He knew.

I was easily convinced and about ten minutes later had a glass bowl of chocolate and vanilla gelato sitting in front of me. Slowly but surely, this one meal brought out the happier me I had been missing all day and I will be forever thankful to that trattoria for it.

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Zucchini risotto at Trattoria San Lorenzo, Florence. Photo by Jenna Severson

The meal convinced me, food is a miracle worker. It can be used as medicine, like a big bowl of chicken noodle soup (or perhaps pappa al pomodoro). It can be used as a conversation topic, like discussing that one place that you tried that one time that has that great dish. It can be used a time machine, when one taste of an oatmeal cookie takes you back to stealing bits of dough out of the mixing bowl while mom was baking on a crisp autumn afternoon. Food brings people together and can realign your thoughts and emotions. All it takes is one bite.

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Eating like a Florentine

By Vivian Farmer

FLORENCE, Italy– To eat like a Florentine, watch what the locals do. Observe the times they eat, which dishes they choose, and where they go. Their choices reveal the pace of their lives, layers of culture, and, perhaps most importantly, what is good eat.

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Start the day Florentine-style with a coronetto  and espresso- a quick breakfast all over the city and here at Pasticceria Zani.  Photo by Vivian Farmer

 

7 a.m.-10 a.m. Colazione

Florence opens her eyes and takes her time waking up. Locals line the counter at their favorite bars, handing the barista their tickets. Outside, shopkeepers scrub the sidewalk in front of their stores with soapy water and brooms and unlock doors. Italians eat small breakfasts that don’t sit heavily in the stomach. A coffee drink and pastry starts the day. A bottle of gassata water, if you want bubbles, or naturale, in hand and light food in your tummy, and you’re ready to start exploring the museums, churches, and stores of Florence.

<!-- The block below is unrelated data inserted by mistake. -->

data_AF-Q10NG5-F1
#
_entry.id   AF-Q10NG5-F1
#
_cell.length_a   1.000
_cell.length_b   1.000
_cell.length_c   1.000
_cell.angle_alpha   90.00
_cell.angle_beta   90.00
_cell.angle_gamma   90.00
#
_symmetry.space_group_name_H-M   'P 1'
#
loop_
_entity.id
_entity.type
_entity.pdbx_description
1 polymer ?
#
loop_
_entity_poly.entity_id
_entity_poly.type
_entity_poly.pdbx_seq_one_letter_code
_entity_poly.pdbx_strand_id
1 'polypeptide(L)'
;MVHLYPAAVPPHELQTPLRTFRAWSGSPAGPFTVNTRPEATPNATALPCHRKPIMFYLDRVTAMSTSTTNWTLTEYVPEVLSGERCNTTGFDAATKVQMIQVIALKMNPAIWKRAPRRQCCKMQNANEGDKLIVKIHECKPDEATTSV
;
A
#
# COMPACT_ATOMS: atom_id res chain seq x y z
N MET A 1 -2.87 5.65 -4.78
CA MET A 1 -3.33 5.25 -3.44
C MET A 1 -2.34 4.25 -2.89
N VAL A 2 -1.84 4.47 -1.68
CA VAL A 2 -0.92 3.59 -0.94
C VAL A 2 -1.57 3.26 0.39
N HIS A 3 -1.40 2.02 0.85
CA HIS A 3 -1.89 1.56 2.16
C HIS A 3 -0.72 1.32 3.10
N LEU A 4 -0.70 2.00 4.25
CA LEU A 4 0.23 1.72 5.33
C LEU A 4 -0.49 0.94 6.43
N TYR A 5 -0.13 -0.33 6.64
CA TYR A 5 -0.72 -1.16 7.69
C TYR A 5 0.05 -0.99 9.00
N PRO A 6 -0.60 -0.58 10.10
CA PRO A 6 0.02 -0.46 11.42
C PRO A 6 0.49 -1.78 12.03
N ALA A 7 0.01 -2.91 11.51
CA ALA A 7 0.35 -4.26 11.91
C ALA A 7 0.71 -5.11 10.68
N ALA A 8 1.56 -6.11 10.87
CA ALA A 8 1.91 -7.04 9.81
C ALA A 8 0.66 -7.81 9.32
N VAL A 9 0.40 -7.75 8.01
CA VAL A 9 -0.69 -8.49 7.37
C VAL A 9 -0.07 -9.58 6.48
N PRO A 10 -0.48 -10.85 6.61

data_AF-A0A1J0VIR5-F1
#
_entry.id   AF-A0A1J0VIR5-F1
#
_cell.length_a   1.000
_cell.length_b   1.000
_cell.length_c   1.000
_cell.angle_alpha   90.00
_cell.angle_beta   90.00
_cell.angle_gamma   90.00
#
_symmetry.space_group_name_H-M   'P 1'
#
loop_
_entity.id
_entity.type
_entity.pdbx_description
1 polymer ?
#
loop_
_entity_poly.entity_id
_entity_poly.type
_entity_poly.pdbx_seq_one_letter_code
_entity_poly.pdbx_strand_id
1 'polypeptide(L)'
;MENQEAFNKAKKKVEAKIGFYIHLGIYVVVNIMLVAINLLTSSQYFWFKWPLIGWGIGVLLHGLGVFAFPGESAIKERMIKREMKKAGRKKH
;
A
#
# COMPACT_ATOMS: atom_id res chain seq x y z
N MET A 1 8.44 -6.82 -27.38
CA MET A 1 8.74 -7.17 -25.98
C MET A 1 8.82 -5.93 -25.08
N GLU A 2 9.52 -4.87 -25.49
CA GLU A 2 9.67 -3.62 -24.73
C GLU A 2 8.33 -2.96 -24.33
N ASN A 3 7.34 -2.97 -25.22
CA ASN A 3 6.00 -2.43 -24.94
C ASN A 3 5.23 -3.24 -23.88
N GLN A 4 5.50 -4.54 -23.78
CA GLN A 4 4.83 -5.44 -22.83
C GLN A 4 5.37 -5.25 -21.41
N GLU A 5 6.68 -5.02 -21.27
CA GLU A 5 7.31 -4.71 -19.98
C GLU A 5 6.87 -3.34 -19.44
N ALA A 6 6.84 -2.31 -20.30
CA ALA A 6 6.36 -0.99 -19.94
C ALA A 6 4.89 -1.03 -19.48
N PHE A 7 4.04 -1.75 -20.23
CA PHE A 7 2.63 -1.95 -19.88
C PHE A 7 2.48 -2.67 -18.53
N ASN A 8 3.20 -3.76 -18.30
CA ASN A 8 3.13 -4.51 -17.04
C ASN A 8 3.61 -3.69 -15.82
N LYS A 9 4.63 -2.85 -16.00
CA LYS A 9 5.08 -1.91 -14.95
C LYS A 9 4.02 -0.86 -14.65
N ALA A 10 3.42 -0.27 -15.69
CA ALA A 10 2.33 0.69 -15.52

1 p.m.-4 p.m. Pranzo

Perhaps you’ve already walked a few miles exploring the city or climbed the cool stone stairs of an old tower or the Duomo. The sun is reaching its zenith, the day is probably hot, and throngs of tourists choke the narrow streets. It’s time to duck into some shade and eat. Lunch can be filling or light, depending on your needs. Bars sell sandwiches made of cold cuts such as salami and prosciutto, tomato, and thick slices of fresh cheese. Pizza slices are another quick choice.

For a longer break with more sustenance, sit down at a restaurant and order pasta, soup, salad, or any of the local antipastos. A glass of wine or beer is perfectly acceptable with lunch. Or, wash everything down with a little espresso, but not a cappuccino or caffè latte–those are for breakfast here. Next, replenish your water. All restaurants charge for water because they don’t use tap water. If you want to keep the bill down you can refill your own bottle in any sink. The tap water in Florence is safe to drink and in my personal experience, doesn’t cause any gastrointestinal distress.

7:30 p.m.-10:00 p.m. Cena

The day is winding down. You’ve watched the sun set over the river, contemplated some of the famous sites, and maybe gotten lost a time or two and nearly been run over more times than you care to think about. It’s time to settle in for the biggest meal in Italian culture. You might have noticed a sign or two with 10 p.m. on it and thought maybe that was a typo. It’s not.

But dinner options do open at 7 p.m., at the absolute earliest. Most restaurants aren’t full until around 8 p.m. If you’re peckish during the interlude, grab a gelato.

As far as menu choices for Florentine dinner:  Florence is known for its dishes that make use of wild game such as boar, and its huge steaks– large T-bone cuts that are quickly seared so the outer-most layer is crisp and the inside soft and raw. You can order multiple courses, but make sure your appetite is ready. If you don’t finish everything on your plate the waiter will think you did not enjoy the meal. If you want to keep that from happening, you can skip the antipasto course and primo course and go strait for the secondo course and a “contorno” (side dish). To put the finishing touch on your night, order a “dolce” (dessert)- one Easter specialty of Florence is schiacciata alla fiorentina, a light sweet cake enhanced with orange zest that’s a perfect finish any season. Wash the meal down with a sweet wine or a pallet cleansing caffè and you’re ready to wander back to your abode full, happy, and having eaten like a Florentine.